I’ve been reading some children’s stories again thanks to my daughter N. And what strikes me so hard now in my adulthood is how biased against women these stories are. What skewed role models they create. And how stereotypical they are, all under the guise of innocent fun.
Let me illustrate.
You have read “Haste makes Waste.” In my version, a farmer lives happily with his wife and infant/ toddler son. He finds a baby mongoose in the wild and brings it home saying it will make a fine pet for his son. The mongoose becomes very attached to the baby and hangs around the baby all day. The mother is terrified since she is afraid the mongoose might harm her baby. The farmer waves away her concern. One day she asks the father to mind the son since she’s going to buy groceries. A while later, the farmer’s friend arrives and they both go out for a walk. In the meanwhile the wife returns to find the mongoose with a bloodied mouth. She fears the mongoose has killed her child, hits out at the mongoose and rushes inside only to find a dead snake near the crib where the child is sleeping peacefully. She realizes her mistake and repents her haste. The farmer arrives to chide her for being hasty.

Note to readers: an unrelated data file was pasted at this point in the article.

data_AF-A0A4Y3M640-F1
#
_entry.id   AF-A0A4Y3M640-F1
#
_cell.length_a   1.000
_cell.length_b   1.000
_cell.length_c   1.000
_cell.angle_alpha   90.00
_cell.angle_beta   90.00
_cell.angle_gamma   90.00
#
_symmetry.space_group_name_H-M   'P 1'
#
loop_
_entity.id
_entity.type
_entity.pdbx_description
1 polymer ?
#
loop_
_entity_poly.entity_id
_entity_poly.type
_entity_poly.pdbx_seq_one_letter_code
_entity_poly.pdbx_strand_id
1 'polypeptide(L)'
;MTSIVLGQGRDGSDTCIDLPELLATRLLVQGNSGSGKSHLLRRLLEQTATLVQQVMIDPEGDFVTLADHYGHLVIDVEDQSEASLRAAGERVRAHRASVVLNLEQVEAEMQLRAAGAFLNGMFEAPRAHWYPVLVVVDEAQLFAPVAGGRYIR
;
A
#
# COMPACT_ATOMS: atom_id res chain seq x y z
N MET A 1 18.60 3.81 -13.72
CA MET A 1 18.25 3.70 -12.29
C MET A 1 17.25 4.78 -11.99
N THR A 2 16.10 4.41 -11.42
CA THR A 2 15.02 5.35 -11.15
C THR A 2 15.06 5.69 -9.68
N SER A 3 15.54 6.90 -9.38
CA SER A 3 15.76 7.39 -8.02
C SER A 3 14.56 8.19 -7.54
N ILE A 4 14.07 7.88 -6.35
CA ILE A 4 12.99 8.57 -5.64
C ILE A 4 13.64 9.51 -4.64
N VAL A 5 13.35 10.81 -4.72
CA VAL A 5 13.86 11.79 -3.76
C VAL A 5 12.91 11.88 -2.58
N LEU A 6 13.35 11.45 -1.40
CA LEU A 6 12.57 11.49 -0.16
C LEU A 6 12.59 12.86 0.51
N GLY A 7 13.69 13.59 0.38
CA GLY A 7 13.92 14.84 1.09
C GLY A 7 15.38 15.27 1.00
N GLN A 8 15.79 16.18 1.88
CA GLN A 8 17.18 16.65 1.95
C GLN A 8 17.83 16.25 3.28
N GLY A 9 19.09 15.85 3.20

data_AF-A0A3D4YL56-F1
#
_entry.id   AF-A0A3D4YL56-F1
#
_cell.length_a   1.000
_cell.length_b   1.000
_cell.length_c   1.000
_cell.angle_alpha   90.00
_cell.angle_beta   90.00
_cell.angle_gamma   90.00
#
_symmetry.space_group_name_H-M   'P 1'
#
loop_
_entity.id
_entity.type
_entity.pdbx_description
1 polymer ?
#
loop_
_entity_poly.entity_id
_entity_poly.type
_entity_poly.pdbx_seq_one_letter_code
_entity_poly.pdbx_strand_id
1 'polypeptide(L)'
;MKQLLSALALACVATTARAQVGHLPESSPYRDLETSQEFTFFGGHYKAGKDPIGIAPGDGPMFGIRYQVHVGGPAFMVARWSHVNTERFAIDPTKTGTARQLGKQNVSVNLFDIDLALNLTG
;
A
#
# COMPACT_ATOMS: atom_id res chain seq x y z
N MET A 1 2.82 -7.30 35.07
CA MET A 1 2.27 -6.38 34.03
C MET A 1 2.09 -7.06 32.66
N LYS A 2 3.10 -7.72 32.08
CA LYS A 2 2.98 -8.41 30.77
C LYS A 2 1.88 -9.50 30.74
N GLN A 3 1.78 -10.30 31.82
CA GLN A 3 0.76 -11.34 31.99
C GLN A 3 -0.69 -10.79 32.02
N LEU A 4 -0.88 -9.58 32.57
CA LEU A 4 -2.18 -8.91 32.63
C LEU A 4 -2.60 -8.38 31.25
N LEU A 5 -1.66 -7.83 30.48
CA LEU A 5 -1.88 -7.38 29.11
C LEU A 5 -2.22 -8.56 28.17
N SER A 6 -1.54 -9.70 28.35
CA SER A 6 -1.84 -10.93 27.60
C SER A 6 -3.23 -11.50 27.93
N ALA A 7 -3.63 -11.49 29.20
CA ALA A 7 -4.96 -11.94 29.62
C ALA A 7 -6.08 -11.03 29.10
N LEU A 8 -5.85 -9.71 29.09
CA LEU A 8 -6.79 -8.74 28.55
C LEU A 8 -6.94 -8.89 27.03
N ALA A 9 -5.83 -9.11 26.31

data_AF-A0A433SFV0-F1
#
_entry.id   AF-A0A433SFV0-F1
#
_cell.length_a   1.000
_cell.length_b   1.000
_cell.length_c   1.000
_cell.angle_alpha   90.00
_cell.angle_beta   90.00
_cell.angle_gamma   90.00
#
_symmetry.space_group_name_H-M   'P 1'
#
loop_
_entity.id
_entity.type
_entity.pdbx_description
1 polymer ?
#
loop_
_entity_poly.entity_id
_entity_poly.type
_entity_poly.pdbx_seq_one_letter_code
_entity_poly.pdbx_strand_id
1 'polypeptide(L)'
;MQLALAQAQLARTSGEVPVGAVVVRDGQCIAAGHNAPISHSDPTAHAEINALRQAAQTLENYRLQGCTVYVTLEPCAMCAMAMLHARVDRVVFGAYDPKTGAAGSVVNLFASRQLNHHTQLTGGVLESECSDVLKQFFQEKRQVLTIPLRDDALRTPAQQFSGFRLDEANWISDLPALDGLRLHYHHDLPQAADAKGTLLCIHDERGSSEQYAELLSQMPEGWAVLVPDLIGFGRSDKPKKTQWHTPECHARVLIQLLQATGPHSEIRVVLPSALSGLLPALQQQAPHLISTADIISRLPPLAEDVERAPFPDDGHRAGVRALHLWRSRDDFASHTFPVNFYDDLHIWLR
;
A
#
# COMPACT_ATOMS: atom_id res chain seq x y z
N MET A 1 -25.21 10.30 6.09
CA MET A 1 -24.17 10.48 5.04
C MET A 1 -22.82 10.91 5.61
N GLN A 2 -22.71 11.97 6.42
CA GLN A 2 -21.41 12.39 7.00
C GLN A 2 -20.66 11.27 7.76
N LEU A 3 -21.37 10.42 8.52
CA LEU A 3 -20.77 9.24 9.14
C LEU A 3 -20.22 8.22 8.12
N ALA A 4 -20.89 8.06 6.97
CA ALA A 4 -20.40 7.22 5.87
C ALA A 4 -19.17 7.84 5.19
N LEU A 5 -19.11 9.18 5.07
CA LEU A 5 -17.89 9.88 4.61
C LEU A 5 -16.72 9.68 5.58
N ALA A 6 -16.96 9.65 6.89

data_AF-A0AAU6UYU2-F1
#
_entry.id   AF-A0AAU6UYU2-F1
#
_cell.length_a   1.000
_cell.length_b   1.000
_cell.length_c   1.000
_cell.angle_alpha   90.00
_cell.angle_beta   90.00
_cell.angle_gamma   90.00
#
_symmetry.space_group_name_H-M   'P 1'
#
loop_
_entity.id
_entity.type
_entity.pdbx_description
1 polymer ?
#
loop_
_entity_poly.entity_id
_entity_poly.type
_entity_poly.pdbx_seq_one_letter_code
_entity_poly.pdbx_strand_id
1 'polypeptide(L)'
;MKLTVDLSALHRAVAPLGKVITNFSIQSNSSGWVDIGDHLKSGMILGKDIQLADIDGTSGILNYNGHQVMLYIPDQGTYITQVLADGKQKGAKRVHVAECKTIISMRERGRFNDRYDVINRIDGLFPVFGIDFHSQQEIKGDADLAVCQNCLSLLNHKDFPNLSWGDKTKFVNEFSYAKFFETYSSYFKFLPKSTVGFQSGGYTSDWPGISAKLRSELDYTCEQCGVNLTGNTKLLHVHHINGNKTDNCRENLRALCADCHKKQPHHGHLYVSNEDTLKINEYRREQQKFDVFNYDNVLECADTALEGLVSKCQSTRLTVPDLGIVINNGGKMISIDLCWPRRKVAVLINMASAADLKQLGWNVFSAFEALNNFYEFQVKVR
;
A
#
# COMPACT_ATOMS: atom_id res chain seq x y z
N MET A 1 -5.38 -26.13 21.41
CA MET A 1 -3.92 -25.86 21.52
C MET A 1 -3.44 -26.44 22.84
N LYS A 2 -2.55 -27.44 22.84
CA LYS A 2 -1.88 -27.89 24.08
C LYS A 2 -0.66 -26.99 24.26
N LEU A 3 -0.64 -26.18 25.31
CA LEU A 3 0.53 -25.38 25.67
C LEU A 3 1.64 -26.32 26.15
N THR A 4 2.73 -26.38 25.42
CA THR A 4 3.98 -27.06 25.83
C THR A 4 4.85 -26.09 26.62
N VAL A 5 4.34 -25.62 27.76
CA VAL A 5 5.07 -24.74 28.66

Here’s what is wrong with this story.
!? You bring home a wild creature expecting it to make a pet for your son. But your wife isn’t comfortable. You don’t address her concerns– you only wave them away. What if the mongoose hadn’t turned domestic? What if the mother’s worst fears had come true?
!? Her anxiety grows each day. It worsens each time she sees the mongoose near her baby’s crib. So when she hits out at the mongoose it wasn’t a momentary lapse of reason. It was a culmination of months of dread, finding release in an unexpected situation.
!? The farmer was supposed to mind the child when the wife was away. He instead goes away for a walk, “since he had nothing else to do.” Where is his responsibility towards the child, his commitment to his wife? Yet, he